It was 6:05 p.m. on a typical Wednesday in 2007 when disaster struck Minneapolis.
Drivers spanning the I-35W Bridge over the Mississippi river felt a tremendous vibration,
then dropped. "I was driving the car and I screamed when I heard it crack," said Janet
Stately. "It's like it went in slow motion. I heard the crack and I saw the cars going
straight in.”1 The unpredictable event caught Minneapolis off guard. The scene’s first
responders were rescue personnel. Behind them, to spread the word of the shocking
occurrence, came journalists.
News coverage of a disaster is essential to the community. Reporters in the field
must work to actively gather the story in an environment devoid of comfort or safety.
Instead, destruction and tragedy are the standard fare. Journalists must interview sources
who are so immersed in grief they can barely tell their story, and sometimes simply
cannot from the shock. Authorities are weary and tense from the constant pressure to pull
the scene into order and help the victims out of the mess. Injuries plague many of the
victims not claimed by death. And through it all, journalists must determine what
happened, portray it humanely and inform the masses.
Yet the journalist’s role is more complicated than simply to report, write and
photograph. The scene of a disaster is a fragile environment, where careless media
personnel could do more harm than good. Journalists may interfere with rescue
operations, intrude on emotional moments between those on the scene and further aggravate those already suffering from trauma. After the incident, their stories and reports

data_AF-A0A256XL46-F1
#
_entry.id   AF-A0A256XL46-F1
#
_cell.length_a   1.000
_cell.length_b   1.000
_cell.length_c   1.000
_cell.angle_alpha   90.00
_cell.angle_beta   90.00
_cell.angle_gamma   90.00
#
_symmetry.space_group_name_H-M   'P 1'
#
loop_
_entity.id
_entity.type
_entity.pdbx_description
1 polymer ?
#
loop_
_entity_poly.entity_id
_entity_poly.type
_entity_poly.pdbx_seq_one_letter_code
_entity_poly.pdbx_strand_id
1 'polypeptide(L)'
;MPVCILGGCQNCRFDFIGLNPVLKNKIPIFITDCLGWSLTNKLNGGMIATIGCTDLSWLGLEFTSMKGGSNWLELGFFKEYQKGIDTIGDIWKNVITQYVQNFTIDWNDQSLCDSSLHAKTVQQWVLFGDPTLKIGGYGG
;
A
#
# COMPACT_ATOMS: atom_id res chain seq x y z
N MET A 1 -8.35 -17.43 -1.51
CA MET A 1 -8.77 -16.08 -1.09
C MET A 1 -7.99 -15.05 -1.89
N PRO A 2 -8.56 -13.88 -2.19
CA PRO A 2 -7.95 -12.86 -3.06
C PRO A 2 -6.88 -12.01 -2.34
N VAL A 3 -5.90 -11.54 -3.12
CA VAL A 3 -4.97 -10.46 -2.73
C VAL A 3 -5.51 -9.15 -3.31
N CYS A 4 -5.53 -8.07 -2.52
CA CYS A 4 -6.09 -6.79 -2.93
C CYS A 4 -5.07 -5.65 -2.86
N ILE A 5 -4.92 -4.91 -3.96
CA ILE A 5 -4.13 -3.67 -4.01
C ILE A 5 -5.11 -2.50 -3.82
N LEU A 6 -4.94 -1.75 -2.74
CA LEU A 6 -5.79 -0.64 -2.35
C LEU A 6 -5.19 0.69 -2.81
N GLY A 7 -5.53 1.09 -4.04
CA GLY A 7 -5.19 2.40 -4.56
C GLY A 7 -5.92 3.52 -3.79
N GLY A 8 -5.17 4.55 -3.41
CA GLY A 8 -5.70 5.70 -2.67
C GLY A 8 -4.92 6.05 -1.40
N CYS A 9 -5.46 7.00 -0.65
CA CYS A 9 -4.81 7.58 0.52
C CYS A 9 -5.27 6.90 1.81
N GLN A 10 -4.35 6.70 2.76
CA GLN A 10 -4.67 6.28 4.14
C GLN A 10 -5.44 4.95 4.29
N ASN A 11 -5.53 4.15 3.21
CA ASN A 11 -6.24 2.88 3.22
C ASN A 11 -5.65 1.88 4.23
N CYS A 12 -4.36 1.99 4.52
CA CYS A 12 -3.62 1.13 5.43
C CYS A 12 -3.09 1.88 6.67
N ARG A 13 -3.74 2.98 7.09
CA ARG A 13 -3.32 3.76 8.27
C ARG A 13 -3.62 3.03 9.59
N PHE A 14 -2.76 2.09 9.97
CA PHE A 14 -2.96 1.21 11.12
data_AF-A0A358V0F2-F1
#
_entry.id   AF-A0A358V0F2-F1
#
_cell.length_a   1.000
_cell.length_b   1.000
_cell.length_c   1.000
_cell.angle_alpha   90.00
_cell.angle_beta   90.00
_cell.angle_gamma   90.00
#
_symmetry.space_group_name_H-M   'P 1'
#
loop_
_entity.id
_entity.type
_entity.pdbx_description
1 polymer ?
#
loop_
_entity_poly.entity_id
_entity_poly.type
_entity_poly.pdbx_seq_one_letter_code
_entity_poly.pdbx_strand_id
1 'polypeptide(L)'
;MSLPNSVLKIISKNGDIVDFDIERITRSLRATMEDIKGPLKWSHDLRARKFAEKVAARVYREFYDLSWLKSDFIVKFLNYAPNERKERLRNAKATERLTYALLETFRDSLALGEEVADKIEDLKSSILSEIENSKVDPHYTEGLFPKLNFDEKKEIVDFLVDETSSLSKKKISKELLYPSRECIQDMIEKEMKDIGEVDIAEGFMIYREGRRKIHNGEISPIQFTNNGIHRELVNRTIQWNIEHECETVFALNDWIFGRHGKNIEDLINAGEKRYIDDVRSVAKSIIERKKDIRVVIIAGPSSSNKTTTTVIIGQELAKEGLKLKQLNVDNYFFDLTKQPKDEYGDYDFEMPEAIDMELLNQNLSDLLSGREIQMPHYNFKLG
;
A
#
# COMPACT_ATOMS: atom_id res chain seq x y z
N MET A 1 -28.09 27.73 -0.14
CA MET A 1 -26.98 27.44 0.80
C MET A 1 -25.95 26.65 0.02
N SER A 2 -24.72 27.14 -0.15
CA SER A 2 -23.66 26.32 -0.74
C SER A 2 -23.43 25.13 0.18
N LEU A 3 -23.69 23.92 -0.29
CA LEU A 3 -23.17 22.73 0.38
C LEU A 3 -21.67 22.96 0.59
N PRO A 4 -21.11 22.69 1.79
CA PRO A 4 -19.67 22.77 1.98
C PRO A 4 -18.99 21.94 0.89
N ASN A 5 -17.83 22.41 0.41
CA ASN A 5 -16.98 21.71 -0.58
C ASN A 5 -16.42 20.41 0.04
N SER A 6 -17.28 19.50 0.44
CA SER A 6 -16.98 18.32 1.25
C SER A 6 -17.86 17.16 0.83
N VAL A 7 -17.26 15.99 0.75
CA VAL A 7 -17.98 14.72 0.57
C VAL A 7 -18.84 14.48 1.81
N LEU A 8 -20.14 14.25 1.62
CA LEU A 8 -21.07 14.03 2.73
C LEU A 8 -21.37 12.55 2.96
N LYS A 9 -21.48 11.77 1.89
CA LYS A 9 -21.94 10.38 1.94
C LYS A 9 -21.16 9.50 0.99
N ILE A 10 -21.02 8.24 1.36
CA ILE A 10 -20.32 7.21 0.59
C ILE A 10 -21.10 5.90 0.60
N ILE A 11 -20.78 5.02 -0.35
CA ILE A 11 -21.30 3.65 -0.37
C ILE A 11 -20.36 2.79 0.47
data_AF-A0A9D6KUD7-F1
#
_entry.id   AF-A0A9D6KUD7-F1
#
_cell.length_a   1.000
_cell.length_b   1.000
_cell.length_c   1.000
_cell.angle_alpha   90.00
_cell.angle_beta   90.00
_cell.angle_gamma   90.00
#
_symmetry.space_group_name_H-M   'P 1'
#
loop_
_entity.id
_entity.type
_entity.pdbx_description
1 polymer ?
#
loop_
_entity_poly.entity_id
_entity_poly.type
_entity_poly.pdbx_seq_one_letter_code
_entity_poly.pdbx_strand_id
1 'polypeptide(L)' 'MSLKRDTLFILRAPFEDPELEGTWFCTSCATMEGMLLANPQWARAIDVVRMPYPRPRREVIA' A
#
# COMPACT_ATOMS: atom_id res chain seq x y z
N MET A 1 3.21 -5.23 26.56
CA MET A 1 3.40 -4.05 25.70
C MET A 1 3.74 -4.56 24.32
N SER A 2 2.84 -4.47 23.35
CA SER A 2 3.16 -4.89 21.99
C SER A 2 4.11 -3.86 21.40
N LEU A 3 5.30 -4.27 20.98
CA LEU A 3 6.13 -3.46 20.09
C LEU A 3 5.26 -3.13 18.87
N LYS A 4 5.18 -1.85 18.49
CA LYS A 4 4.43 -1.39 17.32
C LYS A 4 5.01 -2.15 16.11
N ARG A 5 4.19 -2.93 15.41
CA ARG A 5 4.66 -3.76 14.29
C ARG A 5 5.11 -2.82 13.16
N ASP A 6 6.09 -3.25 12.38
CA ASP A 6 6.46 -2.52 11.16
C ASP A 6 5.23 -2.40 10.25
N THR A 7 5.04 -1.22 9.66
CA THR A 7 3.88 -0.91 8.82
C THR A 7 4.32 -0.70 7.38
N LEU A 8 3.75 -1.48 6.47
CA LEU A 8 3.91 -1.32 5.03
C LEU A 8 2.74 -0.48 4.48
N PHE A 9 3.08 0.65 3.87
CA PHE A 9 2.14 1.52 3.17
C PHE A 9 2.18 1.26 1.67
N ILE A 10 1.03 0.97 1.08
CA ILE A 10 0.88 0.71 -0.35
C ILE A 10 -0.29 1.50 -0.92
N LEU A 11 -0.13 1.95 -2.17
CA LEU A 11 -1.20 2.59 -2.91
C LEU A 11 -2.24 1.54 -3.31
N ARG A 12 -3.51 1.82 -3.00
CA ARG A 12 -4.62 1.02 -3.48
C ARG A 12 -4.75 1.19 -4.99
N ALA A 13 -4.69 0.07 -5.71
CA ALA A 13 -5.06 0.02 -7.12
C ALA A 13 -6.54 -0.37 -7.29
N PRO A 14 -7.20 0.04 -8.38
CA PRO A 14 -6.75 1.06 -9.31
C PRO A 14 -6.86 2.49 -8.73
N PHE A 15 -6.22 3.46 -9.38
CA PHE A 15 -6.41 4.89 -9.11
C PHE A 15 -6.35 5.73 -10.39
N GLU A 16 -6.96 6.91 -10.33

can mislead, shock or simply disturb readers of all demographics with grotesquely
graphic descriptions of gore, false information and exaggerated language. An untrained,
or uncaring, journalist could be a hazard to society rather than a boon.
Few beats in journalism place as much necessity in a sound sense of journalistic
ethics as that of disaster coverage. The subject has always been relevant for newsrooms;
playing a major role in coverage of 2005’s damage from Hurricane Katrina, 2010’s
earthquake in Haiti and countless other disasters. Just as police and paramedics must be
trained to handle even the most unpredictable events, so must journalists learn how to
cover disasters with ethics intact. Such an understanding is a responsibility of their job.
This study focuses on five key processes of the journalist’s work. It discusses
ethical ways to gain access to the scene, to use authorities as sources, to treat witnesses
and victims, to maintain accuracy and make omissions, and to communicate ethics in the
newsroom. It compares these findings to the ethical principles presented in previous
literature. Ultimately, it will examine how journalists can ethically yet effectively gather
and present the news during the event of a disaster.
Fallen Bridge, Moral Duties: A Study on the Ethical Principles of Disaster Journalism.
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